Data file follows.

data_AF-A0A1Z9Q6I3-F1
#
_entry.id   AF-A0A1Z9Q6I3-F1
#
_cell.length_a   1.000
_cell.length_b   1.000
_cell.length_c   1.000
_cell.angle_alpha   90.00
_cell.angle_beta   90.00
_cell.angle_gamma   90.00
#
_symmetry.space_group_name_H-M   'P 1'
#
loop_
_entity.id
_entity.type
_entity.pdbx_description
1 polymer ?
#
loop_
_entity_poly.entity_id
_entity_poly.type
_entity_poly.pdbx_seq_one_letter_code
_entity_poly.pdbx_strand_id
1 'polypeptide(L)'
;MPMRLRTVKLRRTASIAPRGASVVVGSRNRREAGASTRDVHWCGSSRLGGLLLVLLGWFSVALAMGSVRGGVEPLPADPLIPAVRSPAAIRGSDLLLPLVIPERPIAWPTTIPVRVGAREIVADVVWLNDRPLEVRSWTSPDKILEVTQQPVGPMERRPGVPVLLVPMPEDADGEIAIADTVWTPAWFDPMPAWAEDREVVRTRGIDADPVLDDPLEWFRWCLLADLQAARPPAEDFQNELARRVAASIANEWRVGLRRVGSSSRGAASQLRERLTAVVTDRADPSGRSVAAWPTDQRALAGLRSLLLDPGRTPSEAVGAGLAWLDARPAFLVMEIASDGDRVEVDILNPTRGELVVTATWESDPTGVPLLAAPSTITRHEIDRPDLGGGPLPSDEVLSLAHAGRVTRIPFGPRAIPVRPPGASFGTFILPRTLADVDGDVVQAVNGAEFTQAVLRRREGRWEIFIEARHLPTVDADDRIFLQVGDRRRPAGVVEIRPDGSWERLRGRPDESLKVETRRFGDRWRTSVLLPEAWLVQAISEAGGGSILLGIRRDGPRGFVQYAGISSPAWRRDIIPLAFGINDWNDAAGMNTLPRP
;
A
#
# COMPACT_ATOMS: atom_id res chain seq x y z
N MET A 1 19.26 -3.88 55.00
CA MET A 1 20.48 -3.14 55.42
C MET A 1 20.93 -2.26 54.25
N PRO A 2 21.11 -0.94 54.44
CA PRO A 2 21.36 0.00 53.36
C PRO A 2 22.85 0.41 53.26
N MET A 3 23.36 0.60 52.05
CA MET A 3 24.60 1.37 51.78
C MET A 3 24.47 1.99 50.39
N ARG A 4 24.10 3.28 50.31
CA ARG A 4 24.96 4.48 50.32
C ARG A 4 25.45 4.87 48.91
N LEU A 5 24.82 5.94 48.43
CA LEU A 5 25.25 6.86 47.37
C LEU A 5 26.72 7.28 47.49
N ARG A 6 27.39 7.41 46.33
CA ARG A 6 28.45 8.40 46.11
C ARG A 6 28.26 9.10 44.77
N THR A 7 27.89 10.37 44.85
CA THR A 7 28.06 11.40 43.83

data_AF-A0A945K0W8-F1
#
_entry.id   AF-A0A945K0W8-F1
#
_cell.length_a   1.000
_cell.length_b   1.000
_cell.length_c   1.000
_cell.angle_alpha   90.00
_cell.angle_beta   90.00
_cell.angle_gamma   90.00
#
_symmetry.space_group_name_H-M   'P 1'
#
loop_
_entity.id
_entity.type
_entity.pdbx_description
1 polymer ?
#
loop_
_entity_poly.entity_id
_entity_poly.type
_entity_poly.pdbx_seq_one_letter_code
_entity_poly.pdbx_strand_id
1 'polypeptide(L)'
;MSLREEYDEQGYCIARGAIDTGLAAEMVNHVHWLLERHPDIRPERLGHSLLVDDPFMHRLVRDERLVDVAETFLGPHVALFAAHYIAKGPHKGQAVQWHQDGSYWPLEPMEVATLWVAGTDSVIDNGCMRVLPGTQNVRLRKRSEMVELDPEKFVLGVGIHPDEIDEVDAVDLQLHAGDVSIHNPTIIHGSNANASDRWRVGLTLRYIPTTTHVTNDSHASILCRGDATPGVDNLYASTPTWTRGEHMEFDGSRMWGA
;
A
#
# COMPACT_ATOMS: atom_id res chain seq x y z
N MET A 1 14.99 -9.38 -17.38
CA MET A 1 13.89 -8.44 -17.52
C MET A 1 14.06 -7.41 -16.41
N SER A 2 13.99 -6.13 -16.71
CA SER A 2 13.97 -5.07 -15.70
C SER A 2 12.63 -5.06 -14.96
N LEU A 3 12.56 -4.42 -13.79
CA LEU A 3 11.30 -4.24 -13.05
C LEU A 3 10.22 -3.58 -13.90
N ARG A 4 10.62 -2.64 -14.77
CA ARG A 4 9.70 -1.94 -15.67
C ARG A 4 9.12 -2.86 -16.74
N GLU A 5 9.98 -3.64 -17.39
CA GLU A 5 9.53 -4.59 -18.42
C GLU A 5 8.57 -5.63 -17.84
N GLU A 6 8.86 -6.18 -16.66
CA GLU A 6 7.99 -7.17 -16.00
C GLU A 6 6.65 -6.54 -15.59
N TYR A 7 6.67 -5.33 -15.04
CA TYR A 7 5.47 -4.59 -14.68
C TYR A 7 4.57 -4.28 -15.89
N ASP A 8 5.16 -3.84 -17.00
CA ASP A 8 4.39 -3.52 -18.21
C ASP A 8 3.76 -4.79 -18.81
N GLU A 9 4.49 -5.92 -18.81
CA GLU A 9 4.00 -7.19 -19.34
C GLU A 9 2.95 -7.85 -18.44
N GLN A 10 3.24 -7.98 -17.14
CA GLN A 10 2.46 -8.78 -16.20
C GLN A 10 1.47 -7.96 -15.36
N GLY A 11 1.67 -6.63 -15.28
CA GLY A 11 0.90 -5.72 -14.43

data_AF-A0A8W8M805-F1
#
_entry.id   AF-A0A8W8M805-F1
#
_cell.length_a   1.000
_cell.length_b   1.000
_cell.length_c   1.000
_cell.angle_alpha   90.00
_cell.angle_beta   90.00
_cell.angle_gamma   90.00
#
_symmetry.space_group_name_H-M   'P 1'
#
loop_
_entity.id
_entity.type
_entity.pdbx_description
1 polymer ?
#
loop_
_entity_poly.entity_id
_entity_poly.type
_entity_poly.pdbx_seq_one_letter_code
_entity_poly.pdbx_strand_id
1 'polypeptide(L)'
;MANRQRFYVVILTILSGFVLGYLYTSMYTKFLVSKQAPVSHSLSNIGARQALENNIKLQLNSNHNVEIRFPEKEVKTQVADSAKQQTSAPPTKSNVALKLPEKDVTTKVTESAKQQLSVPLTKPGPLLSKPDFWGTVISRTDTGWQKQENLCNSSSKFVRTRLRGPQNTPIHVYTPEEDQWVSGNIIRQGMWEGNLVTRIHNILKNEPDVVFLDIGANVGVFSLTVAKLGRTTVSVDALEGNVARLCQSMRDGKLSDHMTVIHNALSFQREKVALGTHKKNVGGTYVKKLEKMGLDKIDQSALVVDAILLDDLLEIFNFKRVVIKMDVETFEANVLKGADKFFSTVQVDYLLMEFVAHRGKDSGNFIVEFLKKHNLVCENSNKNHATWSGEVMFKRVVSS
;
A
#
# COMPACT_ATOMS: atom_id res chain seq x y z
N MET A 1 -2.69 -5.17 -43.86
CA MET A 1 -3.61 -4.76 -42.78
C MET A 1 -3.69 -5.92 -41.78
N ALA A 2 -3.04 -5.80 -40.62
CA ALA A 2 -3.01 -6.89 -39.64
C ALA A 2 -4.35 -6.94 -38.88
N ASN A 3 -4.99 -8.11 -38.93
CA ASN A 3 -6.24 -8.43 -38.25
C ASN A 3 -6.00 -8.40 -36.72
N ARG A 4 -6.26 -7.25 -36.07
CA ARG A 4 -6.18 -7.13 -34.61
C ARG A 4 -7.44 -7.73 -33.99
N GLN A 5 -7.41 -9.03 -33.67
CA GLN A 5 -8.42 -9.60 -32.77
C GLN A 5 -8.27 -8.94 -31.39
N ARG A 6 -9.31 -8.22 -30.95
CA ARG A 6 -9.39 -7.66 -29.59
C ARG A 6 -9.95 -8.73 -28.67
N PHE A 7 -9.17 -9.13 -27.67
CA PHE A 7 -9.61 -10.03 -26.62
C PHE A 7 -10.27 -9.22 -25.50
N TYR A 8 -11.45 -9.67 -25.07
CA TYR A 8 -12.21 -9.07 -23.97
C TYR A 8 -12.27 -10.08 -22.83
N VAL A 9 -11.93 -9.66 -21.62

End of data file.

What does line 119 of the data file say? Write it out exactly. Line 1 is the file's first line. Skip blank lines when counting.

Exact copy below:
_cell.length_c   1.000